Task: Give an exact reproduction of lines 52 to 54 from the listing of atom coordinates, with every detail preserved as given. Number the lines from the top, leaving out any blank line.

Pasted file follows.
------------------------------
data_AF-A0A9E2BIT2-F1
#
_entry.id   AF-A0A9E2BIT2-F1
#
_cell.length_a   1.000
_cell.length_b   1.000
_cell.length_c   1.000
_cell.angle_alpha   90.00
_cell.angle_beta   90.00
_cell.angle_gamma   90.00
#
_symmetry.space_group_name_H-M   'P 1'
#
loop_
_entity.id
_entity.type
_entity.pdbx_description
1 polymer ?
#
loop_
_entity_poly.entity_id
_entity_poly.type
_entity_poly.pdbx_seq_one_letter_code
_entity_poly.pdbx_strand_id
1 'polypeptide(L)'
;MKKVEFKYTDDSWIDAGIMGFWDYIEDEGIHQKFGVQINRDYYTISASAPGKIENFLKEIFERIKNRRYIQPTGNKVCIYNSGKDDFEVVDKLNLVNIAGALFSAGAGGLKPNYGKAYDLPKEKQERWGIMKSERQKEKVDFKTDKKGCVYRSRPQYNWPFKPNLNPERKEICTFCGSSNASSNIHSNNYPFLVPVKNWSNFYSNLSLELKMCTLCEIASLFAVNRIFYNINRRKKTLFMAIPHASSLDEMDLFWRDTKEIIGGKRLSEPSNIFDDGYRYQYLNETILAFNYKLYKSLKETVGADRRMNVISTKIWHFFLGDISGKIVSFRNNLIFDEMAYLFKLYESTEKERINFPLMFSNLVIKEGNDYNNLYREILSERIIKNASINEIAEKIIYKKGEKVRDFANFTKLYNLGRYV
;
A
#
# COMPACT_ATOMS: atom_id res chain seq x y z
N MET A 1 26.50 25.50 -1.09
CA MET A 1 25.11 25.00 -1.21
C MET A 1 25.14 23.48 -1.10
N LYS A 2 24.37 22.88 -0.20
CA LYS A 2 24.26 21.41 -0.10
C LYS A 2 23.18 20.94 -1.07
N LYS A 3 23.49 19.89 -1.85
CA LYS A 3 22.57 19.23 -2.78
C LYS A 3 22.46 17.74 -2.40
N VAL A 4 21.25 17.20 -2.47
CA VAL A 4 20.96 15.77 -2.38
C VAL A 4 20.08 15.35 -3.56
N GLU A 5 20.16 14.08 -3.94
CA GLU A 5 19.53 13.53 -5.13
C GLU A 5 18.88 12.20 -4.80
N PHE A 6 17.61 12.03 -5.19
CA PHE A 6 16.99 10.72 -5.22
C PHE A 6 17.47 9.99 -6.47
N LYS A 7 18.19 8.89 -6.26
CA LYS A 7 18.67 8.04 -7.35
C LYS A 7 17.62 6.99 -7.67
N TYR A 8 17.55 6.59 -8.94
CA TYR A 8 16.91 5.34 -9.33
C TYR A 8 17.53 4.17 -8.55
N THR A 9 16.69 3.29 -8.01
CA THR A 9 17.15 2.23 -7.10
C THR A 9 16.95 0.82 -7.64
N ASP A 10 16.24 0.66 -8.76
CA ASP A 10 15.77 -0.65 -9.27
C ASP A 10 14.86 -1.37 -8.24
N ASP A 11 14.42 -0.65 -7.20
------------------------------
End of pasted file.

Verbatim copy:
N TYR A 8 17.55 6.59 -8.94
CA TYR A 8 16.91 5.34 -9.33
C TYR A 8 17.53 4.17 -8.55